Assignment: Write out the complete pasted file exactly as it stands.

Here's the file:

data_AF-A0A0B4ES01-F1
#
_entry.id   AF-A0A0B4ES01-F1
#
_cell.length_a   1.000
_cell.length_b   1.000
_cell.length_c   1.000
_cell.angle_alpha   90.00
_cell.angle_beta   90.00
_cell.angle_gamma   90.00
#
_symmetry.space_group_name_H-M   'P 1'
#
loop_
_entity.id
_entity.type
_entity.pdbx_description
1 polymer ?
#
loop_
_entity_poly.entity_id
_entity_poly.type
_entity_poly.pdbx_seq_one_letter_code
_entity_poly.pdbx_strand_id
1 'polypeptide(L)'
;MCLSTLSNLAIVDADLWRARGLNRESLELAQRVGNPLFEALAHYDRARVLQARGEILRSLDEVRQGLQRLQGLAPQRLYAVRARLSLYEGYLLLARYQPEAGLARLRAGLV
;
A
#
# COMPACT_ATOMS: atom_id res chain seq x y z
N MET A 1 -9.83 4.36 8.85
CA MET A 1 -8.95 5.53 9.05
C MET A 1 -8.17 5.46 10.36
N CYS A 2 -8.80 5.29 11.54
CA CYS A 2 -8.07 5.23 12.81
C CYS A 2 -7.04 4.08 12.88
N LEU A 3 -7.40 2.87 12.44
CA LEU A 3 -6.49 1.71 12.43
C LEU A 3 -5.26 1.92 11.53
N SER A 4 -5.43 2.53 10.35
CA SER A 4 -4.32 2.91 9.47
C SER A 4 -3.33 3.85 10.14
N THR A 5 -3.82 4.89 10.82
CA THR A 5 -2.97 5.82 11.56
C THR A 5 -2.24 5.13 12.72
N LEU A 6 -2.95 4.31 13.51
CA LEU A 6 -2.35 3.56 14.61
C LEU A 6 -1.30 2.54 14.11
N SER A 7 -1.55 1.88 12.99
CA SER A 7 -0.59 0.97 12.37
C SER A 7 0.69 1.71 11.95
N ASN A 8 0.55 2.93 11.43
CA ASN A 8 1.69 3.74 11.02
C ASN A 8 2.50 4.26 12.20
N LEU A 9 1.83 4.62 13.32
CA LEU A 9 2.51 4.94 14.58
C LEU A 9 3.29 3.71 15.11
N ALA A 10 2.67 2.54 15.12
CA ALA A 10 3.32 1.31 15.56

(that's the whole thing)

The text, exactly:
data_AF-A0A0B4ES01-F1
#
_entry.id   AF-A0A0B4ES01-F1
#
_cell.length_a   1.000
_cell.length_b   1.000
_cell.length_c   1.000
_cell.angle_alpha   90.00
_cell.angle_beta   90.00
_cell.angle_gamma   90.00
#
_symmetry.space_group_name_H-M   'P 1'
#
loop_
_entity.id
_entity.type
_entity.pdbx_description
1 polymer ?
#
loop_
_entity_poly.entity_id
_entity_poly.type
_entity_poly.pdbx_seq_one_letter_code
_entity_poly.pdbx_strand_id
1 'polypeptide(L)'
;MCLSTLSNLAIVDADLWRARGLNRESLELAQRVGNPLFEALAHYDRARVLQARGEILRSLDEVRQGLQRLQGLAPQRLYAVRARLSLYEGYLLLARYQPEAGLARLRAGLV
;
A
#
# COMPACT_ATOMS: atom_id res chain seq x y z
N MET A 1 -9.83 4.36 8.85
CA MET A 1 -8.95 5.53 9.05
C MET A 1 -8.17 5.46 10.36
N CYS A 2 -8.80 5.29 11.54
CA CYS A 2 -8.07 5.23 12.81
C CYS A 2 -7.04 4.08 12.88
N LEU A 3 -7.40 2.87 12.44
CA LEU A 3 -6.49 1.71 12.43
C LEU A 3 -5.26 1.92 11.53
N SER A 4 -5.43 2.53 10.35
CA SER A 4 -4.32 2.91 9.47
C SER A 4 -3.33 3.85 10.14
N THR A 5 -3.82 4.89 10.82
CA THR A 5 -2.97 5.82 11.56
C THR A 5 -2.24 5.13 12.72
N LEU A 6 -2.95 4.31 13.51
CA LEU A 6 -2.35 3.56 14.61
C LEU A 6 -1.30 2.54 14.11
N SER A 7 -1.55 1.88 12.99
CA SER A 7 -0.59 0.97 12.37
C SER A 7 0.69 1.71 11.95
N ASN A 8 0.55 2.93 11.43
CA ASN A 8 1.69 3.74 11.02
C ASN A 8 2.50 4.26 12.20
N LEU A 9 1.83 4.62 13.32
CA LEU A 9 2.51 4.94 14.58
C LEU A 9 3.29 3.71 15.11
N ALA A 10 2.67 2.54 15.12
CA ALA A 10 3.32 1.31 15.56